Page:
David Cronenberg has been a distinctively unique voice in cinema for four decades and counting, and he’s managed to become one of the modern era’s most recognizable filmmakers without ever taking the reins of a big budget studio blockbuster, although he has come close on a couple of notable occasions.
An entire decade of action-packed output could have turned out very differently had The Fly and Scanners creator taken the reins on either Top Gun or Total Recall, although the latter is most definitely better suited to his sensibilities given that it features shades of body horror, detailed creature design, and a protagonist in the midst of an existential crisis.
Fellow 1980s boundary-pusher Paul Verhoeven ended up tackling the project instead, which went on to go down in the history books as a sci-fi classic, not to mention a massive box office success, and one of Arnold Schwarzenegger’s best-ever movies. In an interview with Le Video Club, the 79 year-old admitted that Total Recall became too broad for his tastes, which is why he ended up exiting.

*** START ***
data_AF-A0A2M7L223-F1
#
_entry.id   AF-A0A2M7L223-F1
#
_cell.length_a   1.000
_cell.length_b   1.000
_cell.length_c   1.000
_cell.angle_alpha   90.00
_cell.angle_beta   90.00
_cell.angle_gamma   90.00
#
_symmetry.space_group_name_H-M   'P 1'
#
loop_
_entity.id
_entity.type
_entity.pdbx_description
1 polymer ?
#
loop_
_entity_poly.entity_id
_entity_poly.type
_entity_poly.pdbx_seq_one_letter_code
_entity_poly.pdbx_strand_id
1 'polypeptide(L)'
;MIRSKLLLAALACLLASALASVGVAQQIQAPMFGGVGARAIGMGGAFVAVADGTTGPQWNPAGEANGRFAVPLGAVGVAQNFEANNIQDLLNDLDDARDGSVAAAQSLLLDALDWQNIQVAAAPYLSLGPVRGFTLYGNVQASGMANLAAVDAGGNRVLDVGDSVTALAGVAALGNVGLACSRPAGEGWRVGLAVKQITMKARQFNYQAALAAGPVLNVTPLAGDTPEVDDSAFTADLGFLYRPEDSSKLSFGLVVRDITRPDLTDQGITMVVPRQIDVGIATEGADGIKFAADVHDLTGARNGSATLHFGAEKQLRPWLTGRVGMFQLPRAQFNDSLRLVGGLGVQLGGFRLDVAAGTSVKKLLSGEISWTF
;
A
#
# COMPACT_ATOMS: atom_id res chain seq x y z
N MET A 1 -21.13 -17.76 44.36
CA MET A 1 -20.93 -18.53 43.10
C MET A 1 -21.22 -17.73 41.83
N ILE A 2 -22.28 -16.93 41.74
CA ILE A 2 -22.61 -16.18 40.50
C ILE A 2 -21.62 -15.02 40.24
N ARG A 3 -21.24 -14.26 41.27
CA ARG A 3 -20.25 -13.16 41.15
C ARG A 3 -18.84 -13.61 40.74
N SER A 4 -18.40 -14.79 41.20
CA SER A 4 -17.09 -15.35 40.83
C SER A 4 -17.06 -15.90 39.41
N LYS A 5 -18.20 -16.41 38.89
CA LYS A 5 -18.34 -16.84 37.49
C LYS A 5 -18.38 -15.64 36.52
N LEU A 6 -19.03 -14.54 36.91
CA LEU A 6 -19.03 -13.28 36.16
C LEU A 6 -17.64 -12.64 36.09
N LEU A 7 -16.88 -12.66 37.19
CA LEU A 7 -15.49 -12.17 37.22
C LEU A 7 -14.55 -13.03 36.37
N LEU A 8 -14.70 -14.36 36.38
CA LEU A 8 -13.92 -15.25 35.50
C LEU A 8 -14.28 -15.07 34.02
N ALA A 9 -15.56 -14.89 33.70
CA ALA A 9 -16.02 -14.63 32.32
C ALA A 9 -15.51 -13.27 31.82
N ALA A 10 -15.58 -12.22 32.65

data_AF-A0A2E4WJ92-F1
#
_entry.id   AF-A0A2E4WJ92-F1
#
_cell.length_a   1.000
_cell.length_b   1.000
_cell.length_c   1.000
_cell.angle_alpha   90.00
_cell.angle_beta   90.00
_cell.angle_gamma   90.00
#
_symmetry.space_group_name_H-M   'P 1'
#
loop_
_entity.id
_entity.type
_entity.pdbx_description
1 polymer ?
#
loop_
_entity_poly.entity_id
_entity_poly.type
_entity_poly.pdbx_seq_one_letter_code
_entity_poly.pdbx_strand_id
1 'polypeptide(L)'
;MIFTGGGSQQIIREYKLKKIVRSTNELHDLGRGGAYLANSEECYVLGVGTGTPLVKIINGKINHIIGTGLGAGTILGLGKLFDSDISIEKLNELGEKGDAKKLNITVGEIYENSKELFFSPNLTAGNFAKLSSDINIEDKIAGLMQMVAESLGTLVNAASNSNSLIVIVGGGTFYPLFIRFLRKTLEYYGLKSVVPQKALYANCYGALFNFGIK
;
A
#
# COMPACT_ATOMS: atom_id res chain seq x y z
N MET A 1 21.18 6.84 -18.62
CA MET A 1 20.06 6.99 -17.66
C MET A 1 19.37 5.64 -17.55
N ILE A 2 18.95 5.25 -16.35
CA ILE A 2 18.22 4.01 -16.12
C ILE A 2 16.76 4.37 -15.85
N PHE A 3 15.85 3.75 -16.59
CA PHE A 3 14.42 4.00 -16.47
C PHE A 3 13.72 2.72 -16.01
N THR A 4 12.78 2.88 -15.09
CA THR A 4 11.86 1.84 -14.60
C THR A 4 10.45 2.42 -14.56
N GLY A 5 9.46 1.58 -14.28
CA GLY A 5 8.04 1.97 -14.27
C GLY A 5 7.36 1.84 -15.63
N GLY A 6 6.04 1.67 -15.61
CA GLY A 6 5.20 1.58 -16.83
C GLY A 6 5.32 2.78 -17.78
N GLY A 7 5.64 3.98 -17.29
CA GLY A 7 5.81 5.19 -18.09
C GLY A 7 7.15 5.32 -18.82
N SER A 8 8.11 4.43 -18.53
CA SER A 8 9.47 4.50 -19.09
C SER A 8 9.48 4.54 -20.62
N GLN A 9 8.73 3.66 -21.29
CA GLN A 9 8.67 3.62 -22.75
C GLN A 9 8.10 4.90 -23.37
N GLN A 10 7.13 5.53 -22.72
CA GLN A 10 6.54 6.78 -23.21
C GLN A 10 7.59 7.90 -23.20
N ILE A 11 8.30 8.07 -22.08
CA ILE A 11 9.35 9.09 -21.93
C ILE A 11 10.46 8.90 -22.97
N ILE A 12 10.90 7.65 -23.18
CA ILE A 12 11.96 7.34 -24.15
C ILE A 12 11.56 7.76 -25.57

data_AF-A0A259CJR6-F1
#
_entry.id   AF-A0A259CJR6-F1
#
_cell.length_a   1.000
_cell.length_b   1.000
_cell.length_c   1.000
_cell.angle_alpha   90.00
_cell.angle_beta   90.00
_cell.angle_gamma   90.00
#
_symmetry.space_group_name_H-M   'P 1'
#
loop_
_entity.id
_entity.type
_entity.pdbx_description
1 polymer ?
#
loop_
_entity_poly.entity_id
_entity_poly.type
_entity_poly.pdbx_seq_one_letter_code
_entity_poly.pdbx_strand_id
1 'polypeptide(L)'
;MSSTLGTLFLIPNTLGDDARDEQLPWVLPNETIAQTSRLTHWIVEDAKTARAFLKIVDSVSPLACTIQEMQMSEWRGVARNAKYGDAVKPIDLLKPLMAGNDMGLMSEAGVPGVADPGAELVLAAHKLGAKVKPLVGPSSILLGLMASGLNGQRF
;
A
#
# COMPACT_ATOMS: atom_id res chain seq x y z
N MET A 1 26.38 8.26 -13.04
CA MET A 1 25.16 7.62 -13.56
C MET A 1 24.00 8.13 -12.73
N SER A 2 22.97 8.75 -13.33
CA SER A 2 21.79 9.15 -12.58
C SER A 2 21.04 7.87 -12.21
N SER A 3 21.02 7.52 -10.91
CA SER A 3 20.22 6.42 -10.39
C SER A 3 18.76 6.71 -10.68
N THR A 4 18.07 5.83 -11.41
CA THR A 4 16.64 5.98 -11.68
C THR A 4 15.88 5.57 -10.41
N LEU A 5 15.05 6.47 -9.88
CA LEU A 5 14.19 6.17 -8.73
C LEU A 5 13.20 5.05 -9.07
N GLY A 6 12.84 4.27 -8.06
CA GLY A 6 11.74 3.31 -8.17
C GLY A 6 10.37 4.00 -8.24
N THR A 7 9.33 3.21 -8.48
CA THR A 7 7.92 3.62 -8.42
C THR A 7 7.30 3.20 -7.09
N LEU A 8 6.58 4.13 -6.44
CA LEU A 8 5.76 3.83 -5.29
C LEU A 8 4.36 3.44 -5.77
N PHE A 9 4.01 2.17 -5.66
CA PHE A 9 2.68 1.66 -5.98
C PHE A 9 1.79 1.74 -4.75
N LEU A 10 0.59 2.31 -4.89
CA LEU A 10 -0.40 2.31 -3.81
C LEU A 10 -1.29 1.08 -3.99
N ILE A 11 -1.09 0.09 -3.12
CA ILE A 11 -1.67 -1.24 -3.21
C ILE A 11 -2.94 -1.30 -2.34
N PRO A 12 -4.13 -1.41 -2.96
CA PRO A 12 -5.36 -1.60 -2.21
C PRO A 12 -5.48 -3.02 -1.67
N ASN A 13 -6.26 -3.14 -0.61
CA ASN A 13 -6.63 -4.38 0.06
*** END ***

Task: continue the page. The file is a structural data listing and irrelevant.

“I had done some work with [Dino De Laurentis] and he at that point was going to do Total Recall with Ronald Shusett; he was producing and he was writing. It was based on a Philip K. Dick story. I was very excited to do that and I wrote several versions, twelve drafts, of Total Recall.
At a certain point, Ronald Shusett said to me ‘Well, you’ve known what you’ve done, written the Philip K. Dick version’, and I said ‘I thought that’s what we’re supposed to do’…He said: ‘No, we want this movie to be like ‘Raiders of The Lost Ark goes to Mars’ I said “Okay, well, I’m not doing that movie’ so I said ‘goodbye.’”
In the end, Total Recall wound up falling somewhere between the opposing visions of Cronenberg and the studio, but it’s fascinating to think how it would have turned out where he the one getting Arnie’s ass to Mars.